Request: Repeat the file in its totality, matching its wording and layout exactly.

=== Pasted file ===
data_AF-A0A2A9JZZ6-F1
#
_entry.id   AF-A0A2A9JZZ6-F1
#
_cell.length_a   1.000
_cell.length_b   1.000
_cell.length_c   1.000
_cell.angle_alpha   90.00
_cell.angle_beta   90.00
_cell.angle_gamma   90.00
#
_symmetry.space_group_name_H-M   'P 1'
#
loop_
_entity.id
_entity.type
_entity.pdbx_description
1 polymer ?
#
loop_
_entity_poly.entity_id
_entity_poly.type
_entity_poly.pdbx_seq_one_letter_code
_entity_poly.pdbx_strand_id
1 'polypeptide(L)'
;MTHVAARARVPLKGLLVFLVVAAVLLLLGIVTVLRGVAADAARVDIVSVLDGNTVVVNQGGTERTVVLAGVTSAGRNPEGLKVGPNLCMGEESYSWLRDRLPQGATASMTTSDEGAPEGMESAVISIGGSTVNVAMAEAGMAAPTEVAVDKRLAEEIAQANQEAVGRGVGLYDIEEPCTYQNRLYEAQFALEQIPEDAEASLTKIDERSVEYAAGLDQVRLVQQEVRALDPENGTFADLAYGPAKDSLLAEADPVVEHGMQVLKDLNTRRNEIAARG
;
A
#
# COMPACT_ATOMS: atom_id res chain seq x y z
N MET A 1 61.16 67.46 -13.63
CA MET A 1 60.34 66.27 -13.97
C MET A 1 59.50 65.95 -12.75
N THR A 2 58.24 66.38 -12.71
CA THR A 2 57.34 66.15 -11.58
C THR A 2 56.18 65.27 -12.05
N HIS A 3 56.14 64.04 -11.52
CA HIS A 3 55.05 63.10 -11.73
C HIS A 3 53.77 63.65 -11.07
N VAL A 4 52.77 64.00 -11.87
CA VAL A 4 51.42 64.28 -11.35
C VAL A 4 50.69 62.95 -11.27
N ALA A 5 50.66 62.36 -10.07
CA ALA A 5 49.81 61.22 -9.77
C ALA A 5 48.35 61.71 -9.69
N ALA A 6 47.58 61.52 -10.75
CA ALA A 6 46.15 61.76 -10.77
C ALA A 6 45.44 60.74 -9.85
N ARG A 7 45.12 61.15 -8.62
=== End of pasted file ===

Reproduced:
data_AF-A0A2A9JZZ6-F1
#
_entry.id   AF-A0A2A9JZZ6-F1
#
_cell.length_a   1.000
_cell.length_b   1.000
_cell.length_c   1.000
_cell.angle_alpha   90.00
_cell.angle_beta   90.00
_cell.angle_gamma   90.00
#
_symmetry.space_group_name_H-M   'P 1'
#
loop_
_entity.id
_entity.type
_entity.pdbx_description
1 polymer ?
#
loop_
_entity_poly.entity_id
_entity_poly.type
_entity_poly.pdbx_seq_one_letter_code
_entity_poly.pdbx_strand_id
1 'polypeptide(L)'
;MTHVAARARVPLKGLLVFLVVAAVLLLLGIVTVLRGVAADAARVDIVSVLDGNTVVVNQGGTERTVVLAGVTSAGRNPEGLKVGPNLCMGEESYSWLRDRLPQGATASMTTSDEGAPEGMESAVISIGGSTVNVAMAEAGMAAPTEVAVDKRLAEEIAQANQEAVGRGVGLYDIEEPCTYQNRLYEAQFALEQIPEDAEASLTKIDERSVEYAAGLDQVRLVQQEVRALDPENGTFADLAYGPAKDSLLAEADPVVEHGMQVLKDLNTRRNEIAARG
;
A
#
# COMPACT_ATOMS: atom_id res chain seq x y z
N MET A 1 61.16 67.46 -13.63
CA MET A 1 60.34 66.27 -13.97
C MET A 1 59.50 65.95 -12.75
N THR A 2 58.24 66.38 -12.71
CA THR A 2 57.34 66.15 -11.58
C THR A 2 56.18 65.27 -12.05
N HIS A 3 56.14 64.04 -11.52
CA HIS A 3 55.05 63.10 -11.73
C HIS A 3 53.77 63.65 -11.07
N VAL A 4 52.77 64.00 -11.87
CA VAL A 4 51.42 64.28 -11.35
C VAL A 4 50.69 62.95 -11.27
N ALA A 5 50.66 62.36 -10.07
CA ALA A 5 49.81 61.22 -9.77
C ALA A 5 48.35 61.71 -9.69
N ALA A 6 47.58 61.52 -10.75
CA ALA A 6 46.15 61.76 -10.77
C ALA A 6 45.44 60.74 -9.85
N ARG A 7 45.12 61.15 -8.62